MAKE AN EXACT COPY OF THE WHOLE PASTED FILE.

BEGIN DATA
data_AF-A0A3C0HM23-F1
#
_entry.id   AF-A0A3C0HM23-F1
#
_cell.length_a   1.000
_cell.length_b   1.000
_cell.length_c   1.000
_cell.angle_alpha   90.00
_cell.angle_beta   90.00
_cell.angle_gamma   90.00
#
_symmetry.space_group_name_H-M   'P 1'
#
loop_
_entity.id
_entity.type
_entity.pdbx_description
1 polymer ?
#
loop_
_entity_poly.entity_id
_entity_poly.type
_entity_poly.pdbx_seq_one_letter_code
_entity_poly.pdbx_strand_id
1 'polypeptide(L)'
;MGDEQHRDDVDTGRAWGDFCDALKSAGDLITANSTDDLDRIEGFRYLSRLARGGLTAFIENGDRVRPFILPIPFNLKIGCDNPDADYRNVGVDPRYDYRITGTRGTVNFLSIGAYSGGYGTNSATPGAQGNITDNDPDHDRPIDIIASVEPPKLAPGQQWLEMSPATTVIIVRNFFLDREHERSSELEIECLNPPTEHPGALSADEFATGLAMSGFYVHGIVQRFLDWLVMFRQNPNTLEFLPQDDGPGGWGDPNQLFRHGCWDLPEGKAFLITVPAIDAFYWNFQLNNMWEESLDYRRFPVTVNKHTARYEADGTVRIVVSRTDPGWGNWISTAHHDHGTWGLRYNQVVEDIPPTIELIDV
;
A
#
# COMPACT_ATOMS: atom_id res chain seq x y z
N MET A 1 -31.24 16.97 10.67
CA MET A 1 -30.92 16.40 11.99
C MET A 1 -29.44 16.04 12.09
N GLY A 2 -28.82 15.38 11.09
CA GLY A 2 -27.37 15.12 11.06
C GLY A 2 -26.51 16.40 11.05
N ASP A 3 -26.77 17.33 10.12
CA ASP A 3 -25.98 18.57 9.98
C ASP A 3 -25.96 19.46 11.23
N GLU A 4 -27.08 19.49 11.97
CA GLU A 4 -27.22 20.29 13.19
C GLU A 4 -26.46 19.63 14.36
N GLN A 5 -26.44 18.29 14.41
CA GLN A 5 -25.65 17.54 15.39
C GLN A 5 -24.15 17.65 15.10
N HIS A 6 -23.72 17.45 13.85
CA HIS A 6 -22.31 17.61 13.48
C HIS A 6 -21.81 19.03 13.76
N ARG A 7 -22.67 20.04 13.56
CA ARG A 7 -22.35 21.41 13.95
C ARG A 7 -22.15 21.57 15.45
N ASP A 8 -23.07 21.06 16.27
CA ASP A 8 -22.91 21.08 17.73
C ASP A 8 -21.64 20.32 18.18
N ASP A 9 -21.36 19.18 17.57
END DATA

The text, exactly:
data_AF-A0A3C0HM23-F1
#
_entry.id   AF-A0A3C0HM23-F1
#
_cell.length_a   1.000
_cell.length_b   1.000
_cell.length_c   1.000
_cell.angle_alpha   90.00
_cell.angle_beta   90.00
_cell.angle_gamma   90.00
#
_symmetry.space_group_name_H-M   'P 1'
#
loop_
_entity.id
_entity.type
_entity.pdbx_description
1 polymer ?
#
loop_
_entity_poly.entity_id
_entity_poly.type
_entity_poly.pdbx_seq_one_letter_code
_entity_poly.pdbx_strand_id
1 'polypeptide(L)'
;MGDEQHRDDVDTGRAWGDFCDALKSAGDLITANSTDDLDRIEGFRYLSRLARGGLTAFIENGDRVRPFILPIPFNLKIGCDNPDADYRNVGVDPRYDYRITGTRGTVNFLSIGAYSGGYGTNSATPGAQGNITDNDPDHDRPIDIIASVEPPKLAPGQQWLEMSPATTVIIVRNFFLDREHERSSELEIECLNPPTEHPGALSADEFATGLAMSGFYVHGIVQRFLDWLVMFRQNPNTLEFLPQDDGPGGWGDPNQLFRHGCWDLPEGKAFLITVPAIDAFYWNFQLNNMWEESLDYRRFPVTVNKHTARYEADGTVRIVVSRTDPGWGNWISTAHHDHGTWGLRYNQVVEDIPPTIELIDV
;
A
#
# COMPACT_ATOMS: atom_id res chain seq x y z
N MET A 1 -31.24 16.97 10.67
CA MET A 1 -30.92 16.40 11.99
C MET A 1 -29.44 16.04 12.09
N GLY A 2 -28.82 15.38 11.09
CA GLY A 2 -27.37 15.12 11.06
C GLY A 2 -26.51 16.40 11.05
N ASP A 3 -26.77 17.33 10.12
CA ASP A 3 -25.98 18.57 9.98
C ASP A 3 -25.96 19.46 11.23
N GLU A 4 -27.08 19.49 11.97
CA GLU A 4 -27.22 20.29 13.19
C GLU A 4 -26.46 19.63 14.36
N GLN A 5 -26.44 18.29 14.41
CA GLN A 5 -25.65 17.54 15.39
C GLN A 5 -24.15 17.65 15.10
N HIS A 6 -23.72 17.45 13.85
CA HIS A 6 -22.31 17.61 13.48
C HIS A 6 -21.81 19.03 13.76
N ARG A 7 -22.67 20.04 13.56
CA ARG A 7 -22.35 21.41 13.95
C ARG A 7 -22.15 21.57 15.45
N ASP A 8 -23.07 21.06 16.27
CA ASP A 8 -22.91 21.08 17.73
C ASP A 8 -21.64 20.32 18.18
N ASP A 9 -21.36 19.18 17.57